Medical Perspectives on Children who are Deaf/Hard of Hearing with an Autism Spectrum Disorder

The issue

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It is rare to find professionals with knowledge and expertise in working with children who are deaf/hard of hearing (DHH) with an Autism Spectrum Disorder (ASD).  Therefore it is critical to ensure DHH children with an ASD are linked to both types of expertise.  This is salient in the medical considerations of DHH children with an ASD as well.

What we know

When children are identified as DHH, medical work-ups and related recommendations have the goals of understanding of the possible cause of hearing loss, possible associated conditions (e.g., kidney, thyroid, heart, or developmental problems), the likelihood of other family members have a hearing loss, and in some situations, providing a prediction of the potential for progressive hearing loss.  As recommended by the Joint Committee on Infant Hearing (www.jcih.org), DHH children should see medical providers with knowledge of pediatric hearing loss in the fields of otolaryngology, ophthalmology, and genetics.  Depending on the type (e.g., sensorineural, conductive) and degree (e.g., mild, moderate, profound) of hearing loss, diagnostic evaluation protocols can include imaging of the inner ear and genetic testing (http://hereditaryhearingloss.org/).

When DHH children also have ASD, there are additional medical considerations due to the presence of ASD.  The focus of genetic testing is different than that for hearing loss and often includes testing for conditions with a high likelihood of having ASD symptoms (such as Fragile X testing).  This type of genetic evaluation is intended to gain an understanding of the likelihood a family may have other children with ASD and can help identify ASD-associated conditions which may impact medical needs.  Some conditions and/or syndromes (such as prematurity, congenital CMV infection, CHARGE syndrome) that are associated with hearing loss have also been associated with ASD or the presence of autistic features.

In general, children with ASD have more medical considerations as some conditions occur at higher rates than seen in the general population. Children with ASD have a higher risk of seizures (occurring in about 30% of children with ASD) and intellectual disability.  Many children with ASD have substantial sleep disturbances, gastrointestinal difficulties (diarrhea and/or constipation), and restrictive appetites that can impact nutritional status.  Among children with ASD, approximately 30% experience developmental regression (loss of an acquired function or lack of age-appropriate progress). Developmental regression is particularly important when considering our approach to monitoring the very early childhood developmental progress in children who are DHH.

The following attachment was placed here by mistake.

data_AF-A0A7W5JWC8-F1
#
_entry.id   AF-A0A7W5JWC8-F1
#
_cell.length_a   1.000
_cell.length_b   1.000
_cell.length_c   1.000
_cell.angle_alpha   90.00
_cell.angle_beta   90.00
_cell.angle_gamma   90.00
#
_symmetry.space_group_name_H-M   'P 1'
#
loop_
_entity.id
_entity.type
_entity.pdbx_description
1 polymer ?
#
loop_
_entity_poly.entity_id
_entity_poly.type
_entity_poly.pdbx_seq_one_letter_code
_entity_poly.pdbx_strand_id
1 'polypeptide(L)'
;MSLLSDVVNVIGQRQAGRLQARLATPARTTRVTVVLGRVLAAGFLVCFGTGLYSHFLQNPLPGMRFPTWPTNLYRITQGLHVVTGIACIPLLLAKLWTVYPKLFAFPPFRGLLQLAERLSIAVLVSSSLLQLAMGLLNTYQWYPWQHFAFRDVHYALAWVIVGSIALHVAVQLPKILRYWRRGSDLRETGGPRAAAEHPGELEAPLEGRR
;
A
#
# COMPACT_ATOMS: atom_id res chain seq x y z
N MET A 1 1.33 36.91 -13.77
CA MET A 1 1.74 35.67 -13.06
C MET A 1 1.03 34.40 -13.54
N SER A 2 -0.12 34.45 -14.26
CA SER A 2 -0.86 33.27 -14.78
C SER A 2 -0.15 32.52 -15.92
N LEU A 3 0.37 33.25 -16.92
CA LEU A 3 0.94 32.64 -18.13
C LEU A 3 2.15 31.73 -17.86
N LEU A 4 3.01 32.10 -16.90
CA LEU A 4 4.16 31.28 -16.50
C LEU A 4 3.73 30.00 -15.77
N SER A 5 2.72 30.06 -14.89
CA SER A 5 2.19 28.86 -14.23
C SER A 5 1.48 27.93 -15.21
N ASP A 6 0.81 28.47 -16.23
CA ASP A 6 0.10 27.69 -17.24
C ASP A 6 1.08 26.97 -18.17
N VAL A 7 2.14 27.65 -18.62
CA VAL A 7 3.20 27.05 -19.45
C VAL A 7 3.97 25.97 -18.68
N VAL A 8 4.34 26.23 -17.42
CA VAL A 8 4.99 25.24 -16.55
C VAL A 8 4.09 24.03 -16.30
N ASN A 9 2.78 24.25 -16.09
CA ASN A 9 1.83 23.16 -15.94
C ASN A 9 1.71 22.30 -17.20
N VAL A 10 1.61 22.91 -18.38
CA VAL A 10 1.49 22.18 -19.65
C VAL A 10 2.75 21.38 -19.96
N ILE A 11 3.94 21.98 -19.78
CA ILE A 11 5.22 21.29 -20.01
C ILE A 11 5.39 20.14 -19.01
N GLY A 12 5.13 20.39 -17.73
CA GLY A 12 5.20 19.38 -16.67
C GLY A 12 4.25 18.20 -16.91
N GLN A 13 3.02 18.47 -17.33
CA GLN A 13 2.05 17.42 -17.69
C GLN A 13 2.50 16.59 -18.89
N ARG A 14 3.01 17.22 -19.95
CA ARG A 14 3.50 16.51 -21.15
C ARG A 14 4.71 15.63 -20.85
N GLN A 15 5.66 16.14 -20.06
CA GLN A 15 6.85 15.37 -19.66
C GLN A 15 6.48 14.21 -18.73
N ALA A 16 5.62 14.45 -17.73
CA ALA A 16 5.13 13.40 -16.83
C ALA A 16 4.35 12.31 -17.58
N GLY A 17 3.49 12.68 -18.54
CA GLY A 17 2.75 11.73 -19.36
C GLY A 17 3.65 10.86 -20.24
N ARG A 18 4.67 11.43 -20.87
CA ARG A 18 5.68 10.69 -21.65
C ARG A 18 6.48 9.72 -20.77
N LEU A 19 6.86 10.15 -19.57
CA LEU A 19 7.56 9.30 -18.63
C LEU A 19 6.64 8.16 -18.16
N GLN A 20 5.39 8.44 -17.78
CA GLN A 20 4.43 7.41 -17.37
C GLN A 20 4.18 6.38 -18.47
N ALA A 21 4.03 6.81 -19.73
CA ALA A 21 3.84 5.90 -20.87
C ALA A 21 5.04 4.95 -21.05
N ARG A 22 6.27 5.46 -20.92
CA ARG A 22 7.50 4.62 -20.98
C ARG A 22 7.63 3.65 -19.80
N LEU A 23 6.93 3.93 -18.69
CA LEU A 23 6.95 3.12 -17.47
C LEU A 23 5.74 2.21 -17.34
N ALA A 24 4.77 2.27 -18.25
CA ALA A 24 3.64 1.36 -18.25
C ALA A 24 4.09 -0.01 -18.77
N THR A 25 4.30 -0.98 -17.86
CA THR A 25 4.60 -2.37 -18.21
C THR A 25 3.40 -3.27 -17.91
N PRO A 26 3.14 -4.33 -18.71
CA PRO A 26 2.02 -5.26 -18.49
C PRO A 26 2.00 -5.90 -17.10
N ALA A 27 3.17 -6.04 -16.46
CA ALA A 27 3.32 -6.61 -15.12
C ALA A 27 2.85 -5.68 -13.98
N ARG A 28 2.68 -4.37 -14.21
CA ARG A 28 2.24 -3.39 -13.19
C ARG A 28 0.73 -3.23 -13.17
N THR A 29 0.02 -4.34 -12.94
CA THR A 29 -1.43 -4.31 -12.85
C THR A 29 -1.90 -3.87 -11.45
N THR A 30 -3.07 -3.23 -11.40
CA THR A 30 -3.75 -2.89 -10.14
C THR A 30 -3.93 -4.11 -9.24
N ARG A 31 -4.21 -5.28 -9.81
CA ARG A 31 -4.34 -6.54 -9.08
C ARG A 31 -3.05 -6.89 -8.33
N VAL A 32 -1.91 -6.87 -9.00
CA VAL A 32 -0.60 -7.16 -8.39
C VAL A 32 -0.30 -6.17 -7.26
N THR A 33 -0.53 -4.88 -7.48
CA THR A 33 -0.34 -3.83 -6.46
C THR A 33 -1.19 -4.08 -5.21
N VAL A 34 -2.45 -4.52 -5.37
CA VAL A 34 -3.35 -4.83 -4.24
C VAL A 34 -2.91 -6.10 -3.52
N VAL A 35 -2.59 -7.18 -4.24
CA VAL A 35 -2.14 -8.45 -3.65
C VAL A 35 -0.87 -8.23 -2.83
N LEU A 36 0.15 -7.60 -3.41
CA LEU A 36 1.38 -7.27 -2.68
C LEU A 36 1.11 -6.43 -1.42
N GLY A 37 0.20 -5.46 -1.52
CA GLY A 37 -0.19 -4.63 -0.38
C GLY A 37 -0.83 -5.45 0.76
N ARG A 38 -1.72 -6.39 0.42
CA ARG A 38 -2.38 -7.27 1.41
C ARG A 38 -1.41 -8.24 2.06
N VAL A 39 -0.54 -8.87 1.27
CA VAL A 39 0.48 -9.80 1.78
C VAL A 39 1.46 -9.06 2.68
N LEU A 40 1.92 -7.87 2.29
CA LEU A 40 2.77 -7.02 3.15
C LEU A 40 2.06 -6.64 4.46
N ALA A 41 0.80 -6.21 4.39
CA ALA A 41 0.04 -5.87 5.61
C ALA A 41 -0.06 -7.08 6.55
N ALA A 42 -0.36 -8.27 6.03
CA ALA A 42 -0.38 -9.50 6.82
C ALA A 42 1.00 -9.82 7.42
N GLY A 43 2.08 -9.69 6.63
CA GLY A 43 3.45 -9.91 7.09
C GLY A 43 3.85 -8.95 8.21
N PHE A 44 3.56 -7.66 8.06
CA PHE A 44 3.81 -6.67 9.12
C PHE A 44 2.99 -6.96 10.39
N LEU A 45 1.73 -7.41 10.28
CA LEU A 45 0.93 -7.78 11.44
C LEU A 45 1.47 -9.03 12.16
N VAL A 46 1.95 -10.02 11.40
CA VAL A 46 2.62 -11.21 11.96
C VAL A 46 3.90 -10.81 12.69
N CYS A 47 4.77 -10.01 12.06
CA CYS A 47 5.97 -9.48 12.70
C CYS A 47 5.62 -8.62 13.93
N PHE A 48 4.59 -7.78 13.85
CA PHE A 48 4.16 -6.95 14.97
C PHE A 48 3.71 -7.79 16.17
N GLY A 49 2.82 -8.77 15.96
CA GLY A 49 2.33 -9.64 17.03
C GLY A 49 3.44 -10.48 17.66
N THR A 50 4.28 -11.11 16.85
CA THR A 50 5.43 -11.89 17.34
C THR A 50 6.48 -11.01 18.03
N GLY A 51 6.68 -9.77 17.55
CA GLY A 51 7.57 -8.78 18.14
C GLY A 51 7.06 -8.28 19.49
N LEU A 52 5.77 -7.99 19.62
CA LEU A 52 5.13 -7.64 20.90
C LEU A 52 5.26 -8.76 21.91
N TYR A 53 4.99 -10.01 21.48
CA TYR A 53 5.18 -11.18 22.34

With changes in the DSM-5, mental health conditions such as ADHD and anxiety disorders are now able to be diagnosed in children with ASD.  Despite DSM-5 definitions, clinicians have recognized co-existing conditions among children with ASD for many years. Behavioral and medical approaches are available that may be helpful in targeting core behavioral challenges. Being able to identify these co-conditions in children with ASD is vital to early and effective interventions.  Early identification of these conditions is equally important for DHH children with ASD. Unfortunately, the challenges for providers lie in the ability to recognize and diagnose ASD in a child who is DHH.

What we don’t know

It can be difficult to provide medical care for DHH children with an ASD due to their challenges in communication, sensory processing needs, and fears associated with medical settings.  Some children have high thresholds for pain and therefore it is not always easy to recognize when a medical problem is occurring (e.g., not showing pain with a significant ear infection).  The Autism Treatment Network Autism Intervention Research Network on Physical Health (ATN/AIR-P) has toolkits that can be helpful for families and medical providers to build strategies for medical care (http://www.airpnetwork.org/site/c.7oJGLPPsFiJYG/b.8296119/k.C6B3/Tools.htm)
However, we still have a lot of gaps in our knowledge of the causes of ASD in general.  While we recognize there are genetic influences, the field of gene-environment interactions (or epigenetics) is still young.

The advances in our understanding of the importance of early identification and ASD-specific interventions for children with ASD have not yet been applied effectively to DHH children who have an ASD.  DHH children have substantial delays in identification making it difficult to access appropriate therapeutic strategies to expand social-emotional and communication skills.

Implications

It is important to consider the medical needs of DHH children diagnosed with an ASD.  Ensuring a broad approach to care is critical in improving the health and functional outcomes of children with the dual diagnosis.

Posted on July 7, 2016 by
Susan Wiley
Cincinnati Children’s Hospital Medical Center
Susan.Wiley {at} cchmc.org

Further reading